SRI Surgical (STRC) reprocesses reusable surgical linens and instruments for healthcare providers through their ten regional facilities located across the US. STRC delivers both reusable and disposable surgical products to the healthcare provider, picks them up after use, reprocesses the reusable items, and then repeats the cycle. STRC aims to enable healthcare providers to reduce operating costs through outsourcing supply management and to reduce their environmental footprint through waste reduction.
As can be seen from the financials below, STRC has not been profitable for a number of years:
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Revenues have grown steadily, but very slowly. Gross margins have held up around 30% and SG&A has come down slightly, but the business has not been able to scale enough to generate profitability. Depreciation has averaged around $9 million the last five years, while cash capex has averaged $6 million so the company has on average been minimally free cash flow positive.
At the current price of $3.75 a share STRC has a market cap of $24.4 million and an enterprise value of $35.4 million. STRC is trading at .6X book value of $38 million. Book value consists mainly of A/R, inventory, and the network of processing plants (and no intangibles or goodwill). STRC is also trading at at an EV/Sales ratio of .3 with stable gross margins. Of course, these discounts may be warranted given STRC’s sustained lack of profitability. But there would appear to be value in STRC to a larger company in the surgical products space who could dramatically reduce fixed SG&A expense and better utilize their plants. STRC has a unique position within the industry as the only reusable products processor with a national footprint. I would think even a purchase price at a substantial premium to the current share price would be below replacement cost to recreate the national network of plants and warehouse depots.
A strategic buyer could could sell STRC products through their existing larger sales force that has stronger relationships with hospital buyer groups and probably eliminate much of STRC’s substantial overhead. They could also better utilize STRC’s excess plant capacity by expanding into new markets such as higher margin single-use device reprocessing, which STRC has discussed for several years. For example, a natural buyer would be Cardinal Health, who already distribute their disposable products combined with STRC’s reusable products. If a strategic could eliminate at least half of STRC’s SG&A expense, or $8 million, they would be buying a company that right out of the chute would be making $10 million a year in EBITDA-capex before any gains from increased revenues through an expanded distribution network or new product lines. If a strategic paid even book value for the company of $5.85 a share ($50 million EV) that would represent a 56% gain for current shareholders.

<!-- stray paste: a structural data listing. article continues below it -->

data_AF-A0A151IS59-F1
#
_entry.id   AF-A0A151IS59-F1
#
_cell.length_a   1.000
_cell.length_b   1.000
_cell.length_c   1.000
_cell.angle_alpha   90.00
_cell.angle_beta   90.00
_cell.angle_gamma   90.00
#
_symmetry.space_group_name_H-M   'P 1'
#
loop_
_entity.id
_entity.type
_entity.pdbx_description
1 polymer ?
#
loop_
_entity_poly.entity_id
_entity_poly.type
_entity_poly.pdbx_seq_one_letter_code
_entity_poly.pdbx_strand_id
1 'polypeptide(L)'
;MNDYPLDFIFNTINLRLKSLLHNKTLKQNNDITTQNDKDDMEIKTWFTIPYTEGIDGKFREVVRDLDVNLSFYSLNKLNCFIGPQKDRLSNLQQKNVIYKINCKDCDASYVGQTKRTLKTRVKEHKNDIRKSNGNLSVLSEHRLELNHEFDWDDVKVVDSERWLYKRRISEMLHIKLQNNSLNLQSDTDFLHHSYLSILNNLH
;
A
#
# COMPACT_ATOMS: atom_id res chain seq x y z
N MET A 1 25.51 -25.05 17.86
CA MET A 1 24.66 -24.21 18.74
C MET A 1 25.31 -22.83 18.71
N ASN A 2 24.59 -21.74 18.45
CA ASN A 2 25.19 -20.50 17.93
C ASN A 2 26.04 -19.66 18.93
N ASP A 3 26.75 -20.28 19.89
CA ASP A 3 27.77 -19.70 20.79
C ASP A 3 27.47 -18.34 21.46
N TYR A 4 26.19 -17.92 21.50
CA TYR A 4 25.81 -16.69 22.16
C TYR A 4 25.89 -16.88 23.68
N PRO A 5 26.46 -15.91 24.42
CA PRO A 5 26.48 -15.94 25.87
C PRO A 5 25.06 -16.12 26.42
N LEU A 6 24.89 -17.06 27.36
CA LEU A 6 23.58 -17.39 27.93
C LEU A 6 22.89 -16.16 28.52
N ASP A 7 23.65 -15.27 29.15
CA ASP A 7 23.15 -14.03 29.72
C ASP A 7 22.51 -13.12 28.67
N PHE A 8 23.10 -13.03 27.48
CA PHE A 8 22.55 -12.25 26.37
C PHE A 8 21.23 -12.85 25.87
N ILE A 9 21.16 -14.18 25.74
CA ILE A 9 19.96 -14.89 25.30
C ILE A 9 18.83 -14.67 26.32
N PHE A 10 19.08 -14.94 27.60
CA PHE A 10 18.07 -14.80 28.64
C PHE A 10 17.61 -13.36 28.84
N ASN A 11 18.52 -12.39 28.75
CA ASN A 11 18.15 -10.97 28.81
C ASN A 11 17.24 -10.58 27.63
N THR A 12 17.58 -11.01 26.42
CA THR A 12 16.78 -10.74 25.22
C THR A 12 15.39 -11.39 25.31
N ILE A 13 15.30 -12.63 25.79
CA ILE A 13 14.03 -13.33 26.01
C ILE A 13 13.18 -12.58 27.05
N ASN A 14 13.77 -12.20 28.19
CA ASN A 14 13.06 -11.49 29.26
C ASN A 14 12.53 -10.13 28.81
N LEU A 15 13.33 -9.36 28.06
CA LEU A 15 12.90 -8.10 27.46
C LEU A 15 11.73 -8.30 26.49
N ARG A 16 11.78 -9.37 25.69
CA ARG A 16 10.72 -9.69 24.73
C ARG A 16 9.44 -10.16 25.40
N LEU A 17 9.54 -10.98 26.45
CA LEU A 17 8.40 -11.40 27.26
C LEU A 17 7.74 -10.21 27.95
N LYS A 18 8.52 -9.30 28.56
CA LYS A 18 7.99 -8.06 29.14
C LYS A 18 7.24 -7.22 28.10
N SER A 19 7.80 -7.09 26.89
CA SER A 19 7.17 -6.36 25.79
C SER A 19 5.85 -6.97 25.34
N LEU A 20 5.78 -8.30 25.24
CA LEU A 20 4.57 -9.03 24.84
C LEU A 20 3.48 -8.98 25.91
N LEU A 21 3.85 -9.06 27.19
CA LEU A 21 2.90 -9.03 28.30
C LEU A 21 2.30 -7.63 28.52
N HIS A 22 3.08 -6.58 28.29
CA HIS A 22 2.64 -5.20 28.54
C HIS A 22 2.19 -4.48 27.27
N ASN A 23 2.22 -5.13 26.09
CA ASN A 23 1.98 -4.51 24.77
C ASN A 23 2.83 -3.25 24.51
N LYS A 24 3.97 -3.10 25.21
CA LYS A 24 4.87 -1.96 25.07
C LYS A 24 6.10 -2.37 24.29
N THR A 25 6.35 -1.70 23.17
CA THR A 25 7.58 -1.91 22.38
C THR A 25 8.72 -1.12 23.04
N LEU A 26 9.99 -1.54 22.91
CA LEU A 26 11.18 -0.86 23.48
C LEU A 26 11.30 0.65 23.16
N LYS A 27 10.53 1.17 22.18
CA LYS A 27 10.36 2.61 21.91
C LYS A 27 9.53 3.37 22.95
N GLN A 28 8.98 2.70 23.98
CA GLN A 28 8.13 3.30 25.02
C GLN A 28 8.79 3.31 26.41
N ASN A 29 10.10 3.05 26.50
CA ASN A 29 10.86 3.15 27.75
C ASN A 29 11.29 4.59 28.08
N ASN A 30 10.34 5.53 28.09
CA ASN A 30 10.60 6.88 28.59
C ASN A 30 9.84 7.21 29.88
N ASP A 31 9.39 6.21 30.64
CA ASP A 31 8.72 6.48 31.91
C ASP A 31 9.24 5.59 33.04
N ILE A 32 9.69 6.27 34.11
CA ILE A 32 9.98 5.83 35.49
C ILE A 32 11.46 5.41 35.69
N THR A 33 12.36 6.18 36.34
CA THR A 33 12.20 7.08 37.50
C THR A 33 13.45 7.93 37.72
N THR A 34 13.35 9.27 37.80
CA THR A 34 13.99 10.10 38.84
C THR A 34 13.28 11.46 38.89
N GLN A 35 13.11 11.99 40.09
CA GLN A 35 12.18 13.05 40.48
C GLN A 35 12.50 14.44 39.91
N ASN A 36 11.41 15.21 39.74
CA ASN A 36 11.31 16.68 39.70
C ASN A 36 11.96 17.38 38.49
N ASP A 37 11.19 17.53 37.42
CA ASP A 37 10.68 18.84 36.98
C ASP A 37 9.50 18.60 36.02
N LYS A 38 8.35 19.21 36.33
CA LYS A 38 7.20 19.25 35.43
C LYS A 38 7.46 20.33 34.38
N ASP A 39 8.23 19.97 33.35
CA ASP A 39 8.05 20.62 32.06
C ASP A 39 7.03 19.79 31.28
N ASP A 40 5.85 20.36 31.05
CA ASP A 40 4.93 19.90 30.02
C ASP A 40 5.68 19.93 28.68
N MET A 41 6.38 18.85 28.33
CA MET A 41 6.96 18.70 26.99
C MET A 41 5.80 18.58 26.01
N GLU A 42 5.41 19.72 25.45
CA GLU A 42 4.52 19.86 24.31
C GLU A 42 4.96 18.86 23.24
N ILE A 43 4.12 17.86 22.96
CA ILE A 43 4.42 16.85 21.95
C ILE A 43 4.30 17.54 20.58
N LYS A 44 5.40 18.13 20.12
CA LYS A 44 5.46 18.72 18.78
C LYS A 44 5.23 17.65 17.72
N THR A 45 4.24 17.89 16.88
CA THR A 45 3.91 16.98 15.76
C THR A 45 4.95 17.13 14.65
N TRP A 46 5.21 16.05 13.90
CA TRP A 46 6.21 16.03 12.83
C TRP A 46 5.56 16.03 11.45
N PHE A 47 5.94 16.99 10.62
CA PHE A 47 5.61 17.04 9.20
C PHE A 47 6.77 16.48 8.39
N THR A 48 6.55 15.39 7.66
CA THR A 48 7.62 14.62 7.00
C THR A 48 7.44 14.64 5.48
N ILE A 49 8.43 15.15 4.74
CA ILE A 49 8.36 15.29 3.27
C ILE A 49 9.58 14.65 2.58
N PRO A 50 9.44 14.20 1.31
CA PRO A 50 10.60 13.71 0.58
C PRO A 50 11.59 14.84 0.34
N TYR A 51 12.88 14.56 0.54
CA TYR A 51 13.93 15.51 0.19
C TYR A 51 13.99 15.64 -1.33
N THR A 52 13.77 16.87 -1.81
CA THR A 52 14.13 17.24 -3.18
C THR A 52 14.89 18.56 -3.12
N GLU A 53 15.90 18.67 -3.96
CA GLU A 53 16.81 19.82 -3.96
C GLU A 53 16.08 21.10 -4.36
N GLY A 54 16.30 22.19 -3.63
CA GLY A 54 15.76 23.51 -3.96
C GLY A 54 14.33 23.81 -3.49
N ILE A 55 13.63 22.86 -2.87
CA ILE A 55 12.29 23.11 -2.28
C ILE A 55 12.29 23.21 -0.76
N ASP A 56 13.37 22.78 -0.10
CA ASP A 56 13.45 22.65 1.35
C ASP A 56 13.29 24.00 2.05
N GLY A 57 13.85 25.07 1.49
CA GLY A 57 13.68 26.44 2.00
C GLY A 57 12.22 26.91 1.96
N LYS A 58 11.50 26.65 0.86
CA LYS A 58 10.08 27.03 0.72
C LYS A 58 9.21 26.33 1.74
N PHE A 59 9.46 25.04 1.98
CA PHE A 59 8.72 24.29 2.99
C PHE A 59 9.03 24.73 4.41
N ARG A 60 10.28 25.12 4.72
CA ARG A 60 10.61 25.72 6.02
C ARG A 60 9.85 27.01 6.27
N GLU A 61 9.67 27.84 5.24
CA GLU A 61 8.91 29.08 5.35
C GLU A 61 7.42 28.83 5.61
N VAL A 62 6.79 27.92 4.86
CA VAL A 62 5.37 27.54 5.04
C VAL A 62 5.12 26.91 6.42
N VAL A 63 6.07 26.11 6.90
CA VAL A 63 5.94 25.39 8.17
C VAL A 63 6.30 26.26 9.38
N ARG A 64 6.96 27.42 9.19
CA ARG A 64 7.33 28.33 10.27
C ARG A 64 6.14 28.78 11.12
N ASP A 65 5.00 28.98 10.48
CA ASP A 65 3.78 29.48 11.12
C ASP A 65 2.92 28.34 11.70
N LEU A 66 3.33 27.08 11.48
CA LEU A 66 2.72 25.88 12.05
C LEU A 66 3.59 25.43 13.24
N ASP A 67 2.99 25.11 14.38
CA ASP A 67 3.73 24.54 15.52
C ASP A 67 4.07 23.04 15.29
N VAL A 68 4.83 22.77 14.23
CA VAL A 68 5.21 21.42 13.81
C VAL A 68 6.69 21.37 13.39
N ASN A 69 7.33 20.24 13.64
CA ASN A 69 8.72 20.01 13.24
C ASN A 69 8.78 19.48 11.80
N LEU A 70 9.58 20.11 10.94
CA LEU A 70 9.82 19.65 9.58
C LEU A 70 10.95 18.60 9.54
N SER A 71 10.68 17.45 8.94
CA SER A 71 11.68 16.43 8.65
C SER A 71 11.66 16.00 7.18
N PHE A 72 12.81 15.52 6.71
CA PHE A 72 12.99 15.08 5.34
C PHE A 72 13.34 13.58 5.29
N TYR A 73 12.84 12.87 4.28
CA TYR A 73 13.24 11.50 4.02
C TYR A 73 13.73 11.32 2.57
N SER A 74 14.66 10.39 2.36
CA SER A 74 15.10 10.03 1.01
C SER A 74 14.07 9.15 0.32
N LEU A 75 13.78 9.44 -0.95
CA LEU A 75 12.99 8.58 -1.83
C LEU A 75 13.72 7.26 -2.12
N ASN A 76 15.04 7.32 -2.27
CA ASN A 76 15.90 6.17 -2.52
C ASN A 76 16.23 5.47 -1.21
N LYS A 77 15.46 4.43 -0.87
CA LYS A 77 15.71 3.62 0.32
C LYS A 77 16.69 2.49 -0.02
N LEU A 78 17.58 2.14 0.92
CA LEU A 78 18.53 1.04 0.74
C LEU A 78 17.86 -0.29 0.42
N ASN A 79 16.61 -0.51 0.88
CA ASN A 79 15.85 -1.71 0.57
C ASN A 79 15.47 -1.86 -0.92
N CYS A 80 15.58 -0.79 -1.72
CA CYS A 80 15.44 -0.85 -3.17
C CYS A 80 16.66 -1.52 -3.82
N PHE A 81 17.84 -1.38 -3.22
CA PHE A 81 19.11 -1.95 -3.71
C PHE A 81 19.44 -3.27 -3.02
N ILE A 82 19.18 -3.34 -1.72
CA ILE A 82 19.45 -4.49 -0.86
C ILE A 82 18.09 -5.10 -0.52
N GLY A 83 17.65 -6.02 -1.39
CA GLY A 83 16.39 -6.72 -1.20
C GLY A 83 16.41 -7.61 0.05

In June 2010, activist shareholder David Callan sent a letter to the STRC board of directors expressing his frustration with the company’s ongoing poor results and pushing them to explore a sale of the company. The company responded in July 2010 by reiterating their “Strategic Transition” plan aimed to restore profitability (which has still not come to fruition). In November 2010, the board put in a poison pill in response to an unsolicited buyout offer from an unnamed “much larger direct competitor”. While STRC appeared adamant on remaining an independent company, they suddenly reversed course in September 2011 by hiring investment bank McColl Partners to explore strategic alternatives including a sale of the company. STRC has not provided any update on the process, other than to say it is still ongoing.
While there appears to be value in STRC’s assets in excess of the current share price, the sale process that has now dragged on for seven months makes me wonder if and when shareholders will realize that value. If there is interest on the part of a strategic buyer then surely it would have shown up by now. So either there isn’t buyer interest or the board/management of STRC do not want to sell the company. Either scenario is not good for shareholders. Management does not have particularly substantial personal holdings in the stock, so it is probably not in their best interest to push a sale. Given that there is a sale process at least officially in place, I do not see a further catalyst short of a shareholder launching a proxy battle to take over the board.